This blog shares some of our thoughts about plain language, and the latest discussions about plain English and clear design in New Zealand, and around the world.

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01 June 2012

Watch those modifiers!

In English, word order is crucial to meaning.

Here's an important tip for clear writing: if something you write changes the meaning of something else, keep the two things together. When you don't, you're inviting confusion and frequently unexpected hilarity. Take, for example, the sentence:
I was introduced to my wife while travelling through a mutual friend.
Or this example, from Strunk and White:
Being in a dilapidated condition, I was able to buy the house very cheap.
I found one of my favourites in a valuation report:
Off the kitchen, there is a small porch with a sink, through which there is access to the garage.
Be particularly careful with words like 'only' and 'almost'. 'I'm sad because my only brother has died' is by no means the same thing as 'I'm sad because my brother has only died'.

In Johnson today, they've posted on a misplaced "ex"
THE Associated Press reported yesterday that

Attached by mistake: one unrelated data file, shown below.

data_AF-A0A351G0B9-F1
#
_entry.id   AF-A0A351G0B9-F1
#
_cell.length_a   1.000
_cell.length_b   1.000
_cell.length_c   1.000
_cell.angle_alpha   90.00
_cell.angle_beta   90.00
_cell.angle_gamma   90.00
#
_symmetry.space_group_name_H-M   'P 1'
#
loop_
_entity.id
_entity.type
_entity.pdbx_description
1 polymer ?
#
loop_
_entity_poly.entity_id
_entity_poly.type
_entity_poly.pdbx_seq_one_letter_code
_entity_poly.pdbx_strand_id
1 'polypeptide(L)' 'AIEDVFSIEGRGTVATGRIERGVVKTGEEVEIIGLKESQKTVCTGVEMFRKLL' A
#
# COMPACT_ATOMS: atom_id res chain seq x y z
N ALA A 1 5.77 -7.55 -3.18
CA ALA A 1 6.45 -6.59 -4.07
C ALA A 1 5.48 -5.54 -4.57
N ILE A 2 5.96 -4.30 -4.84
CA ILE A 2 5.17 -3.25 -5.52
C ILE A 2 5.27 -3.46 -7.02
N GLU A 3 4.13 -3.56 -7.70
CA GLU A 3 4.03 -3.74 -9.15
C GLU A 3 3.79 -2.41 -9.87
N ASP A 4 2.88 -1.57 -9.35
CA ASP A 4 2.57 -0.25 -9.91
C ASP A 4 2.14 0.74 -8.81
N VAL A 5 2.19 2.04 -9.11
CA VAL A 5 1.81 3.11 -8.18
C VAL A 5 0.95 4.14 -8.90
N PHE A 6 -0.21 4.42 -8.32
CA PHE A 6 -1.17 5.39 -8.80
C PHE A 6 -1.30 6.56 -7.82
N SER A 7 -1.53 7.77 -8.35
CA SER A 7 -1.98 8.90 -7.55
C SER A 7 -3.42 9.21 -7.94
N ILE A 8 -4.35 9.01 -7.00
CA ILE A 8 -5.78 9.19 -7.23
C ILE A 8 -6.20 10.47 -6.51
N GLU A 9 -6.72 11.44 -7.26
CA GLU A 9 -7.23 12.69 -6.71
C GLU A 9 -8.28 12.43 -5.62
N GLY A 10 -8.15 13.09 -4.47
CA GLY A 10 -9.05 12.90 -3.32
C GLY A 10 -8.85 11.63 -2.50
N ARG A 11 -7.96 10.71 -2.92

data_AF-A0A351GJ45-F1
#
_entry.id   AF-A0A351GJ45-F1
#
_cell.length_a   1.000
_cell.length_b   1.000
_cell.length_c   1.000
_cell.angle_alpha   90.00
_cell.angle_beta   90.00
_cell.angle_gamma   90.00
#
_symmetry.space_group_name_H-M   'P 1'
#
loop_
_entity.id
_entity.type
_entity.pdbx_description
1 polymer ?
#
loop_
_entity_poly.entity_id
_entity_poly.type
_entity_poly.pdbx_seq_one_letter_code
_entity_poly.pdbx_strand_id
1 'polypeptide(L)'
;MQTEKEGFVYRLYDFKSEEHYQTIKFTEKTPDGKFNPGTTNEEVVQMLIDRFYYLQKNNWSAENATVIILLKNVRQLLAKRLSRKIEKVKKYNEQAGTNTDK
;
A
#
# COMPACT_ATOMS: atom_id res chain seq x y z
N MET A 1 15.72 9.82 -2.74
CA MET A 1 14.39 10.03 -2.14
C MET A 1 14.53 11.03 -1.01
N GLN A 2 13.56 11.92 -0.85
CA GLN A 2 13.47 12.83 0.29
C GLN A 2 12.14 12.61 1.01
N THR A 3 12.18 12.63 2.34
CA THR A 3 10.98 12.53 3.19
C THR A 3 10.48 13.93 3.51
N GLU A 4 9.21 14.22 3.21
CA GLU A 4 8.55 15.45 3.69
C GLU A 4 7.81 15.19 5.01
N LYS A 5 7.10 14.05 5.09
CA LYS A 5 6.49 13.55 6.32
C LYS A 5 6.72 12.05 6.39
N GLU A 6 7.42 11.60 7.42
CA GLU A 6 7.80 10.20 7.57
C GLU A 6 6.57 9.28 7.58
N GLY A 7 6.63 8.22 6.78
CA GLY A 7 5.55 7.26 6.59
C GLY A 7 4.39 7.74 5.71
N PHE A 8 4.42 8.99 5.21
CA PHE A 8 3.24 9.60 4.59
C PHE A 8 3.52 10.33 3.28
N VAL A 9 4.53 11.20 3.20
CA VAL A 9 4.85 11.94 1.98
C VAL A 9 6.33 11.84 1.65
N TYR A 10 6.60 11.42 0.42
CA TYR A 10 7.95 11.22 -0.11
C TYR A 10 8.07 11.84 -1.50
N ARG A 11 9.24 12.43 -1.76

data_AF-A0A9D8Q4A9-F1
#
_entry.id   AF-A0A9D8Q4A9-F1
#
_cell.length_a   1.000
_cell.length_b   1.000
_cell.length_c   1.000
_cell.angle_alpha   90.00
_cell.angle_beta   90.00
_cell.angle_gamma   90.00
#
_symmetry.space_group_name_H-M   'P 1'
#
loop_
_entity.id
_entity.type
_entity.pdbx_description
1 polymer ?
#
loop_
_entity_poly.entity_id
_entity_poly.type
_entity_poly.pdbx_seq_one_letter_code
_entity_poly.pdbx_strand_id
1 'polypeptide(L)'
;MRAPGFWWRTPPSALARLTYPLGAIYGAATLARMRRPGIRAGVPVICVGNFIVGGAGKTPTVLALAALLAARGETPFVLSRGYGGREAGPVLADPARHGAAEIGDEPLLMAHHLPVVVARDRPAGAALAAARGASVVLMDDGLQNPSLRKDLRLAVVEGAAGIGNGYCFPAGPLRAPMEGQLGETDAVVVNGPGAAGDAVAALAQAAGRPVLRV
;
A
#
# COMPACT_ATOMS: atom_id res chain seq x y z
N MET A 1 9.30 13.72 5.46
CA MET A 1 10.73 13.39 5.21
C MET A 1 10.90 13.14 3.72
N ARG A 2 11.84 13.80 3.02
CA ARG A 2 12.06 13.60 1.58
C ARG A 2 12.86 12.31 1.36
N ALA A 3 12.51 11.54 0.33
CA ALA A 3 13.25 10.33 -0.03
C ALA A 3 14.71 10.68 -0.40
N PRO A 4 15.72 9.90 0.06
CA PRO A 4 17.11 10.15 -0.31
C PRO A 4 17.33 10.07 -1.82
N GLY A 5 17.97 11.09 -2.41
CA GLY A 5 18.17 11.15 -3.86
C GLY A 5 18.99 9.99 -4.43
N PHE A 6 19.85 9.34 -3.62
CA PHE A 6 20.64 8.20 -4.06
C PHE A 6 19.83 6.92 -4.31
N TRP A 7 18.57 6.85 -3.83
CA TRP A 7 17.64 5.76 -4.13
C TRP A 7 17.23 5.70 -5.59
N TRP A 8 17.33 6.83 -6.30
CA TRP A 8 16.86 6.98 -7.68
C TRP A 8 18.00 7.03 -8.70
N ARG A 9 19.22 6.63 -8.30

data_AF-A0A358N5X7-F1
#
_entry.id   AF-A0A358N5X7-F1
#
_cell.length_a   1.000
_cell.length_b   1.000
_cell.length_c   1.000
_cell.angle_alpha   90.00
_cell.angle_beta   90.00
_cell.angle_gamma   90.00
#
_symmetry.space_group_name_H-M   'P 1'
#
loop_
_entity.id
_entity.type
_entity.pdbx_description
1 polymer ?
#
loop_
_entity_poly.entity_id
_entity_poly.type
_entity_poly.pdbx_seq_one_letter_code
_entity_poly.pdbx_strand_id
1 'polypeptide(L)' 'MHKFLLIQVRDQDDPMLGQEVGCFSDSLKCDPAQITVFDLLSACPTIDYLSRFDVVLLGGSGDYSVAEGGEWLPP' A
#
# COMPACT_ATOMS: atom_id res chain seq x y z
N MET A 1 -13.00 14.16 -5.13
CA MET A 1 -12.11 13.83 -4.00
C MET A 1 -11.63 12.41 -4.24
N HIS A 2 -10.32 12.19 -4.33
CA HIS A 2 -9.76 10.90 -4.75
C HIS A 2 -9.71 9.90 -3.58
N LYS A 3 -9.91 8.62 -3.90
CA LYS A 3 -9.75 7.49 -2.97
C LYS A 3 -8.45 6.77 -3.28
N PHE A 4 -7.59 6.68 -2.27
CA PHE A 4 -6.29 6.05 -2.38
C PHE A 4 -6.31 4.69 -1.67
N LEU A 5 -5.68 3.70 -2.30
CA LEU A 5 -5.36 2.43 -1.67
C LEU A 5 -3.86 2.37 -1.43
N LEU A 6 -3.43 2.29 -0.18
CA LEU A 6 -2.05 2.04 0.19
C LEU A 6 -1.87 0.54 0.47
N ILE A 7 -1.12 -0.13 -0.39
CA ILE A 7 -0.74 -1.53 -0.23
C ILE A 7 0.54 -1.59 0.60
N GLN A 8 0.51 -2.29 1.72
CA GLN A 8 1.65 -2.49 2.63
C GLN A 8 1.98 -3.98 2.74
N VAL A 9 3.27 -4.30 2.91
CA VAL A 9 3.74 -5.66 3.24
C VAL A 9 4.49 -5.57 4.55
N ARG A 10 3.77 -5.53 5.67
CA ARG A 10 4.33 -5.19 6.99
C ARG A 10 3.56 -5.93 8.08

The former top media adviser to Prime Minister David Cameron was detained Wednesday on suspicion of perjury in the trial of a flamboyant ex-Scottish lawmaker -- the latest case tied to allegations of wrongdoing by British tabloid newspapers.
Who's that? Ex-what?
Andy Coulson, 44, was detained by Scottish police at his home in London over an accusation related to a high-profile case at Glasgow's High Court, when politician Tommy Sheridan was himself convicted of offering a false account after he successfully sued the now-defunct News of The World tabloid over its claim that he was embroiled in a sex-and-drugs scandal.
Tommy Sheridan's Wikipedia page details much of his "flamboyant" career, but nothing about having renounced his Scottish nationality. What he is is a Scottish ex-lawmaker, not an ex-Scottish lawmaker. As our style guide explains, ex- (and former) should be placed with that thing that has been left behind or revoked:

A Communist ex-member has lost his seat; an ex-Communist member has lost his party.

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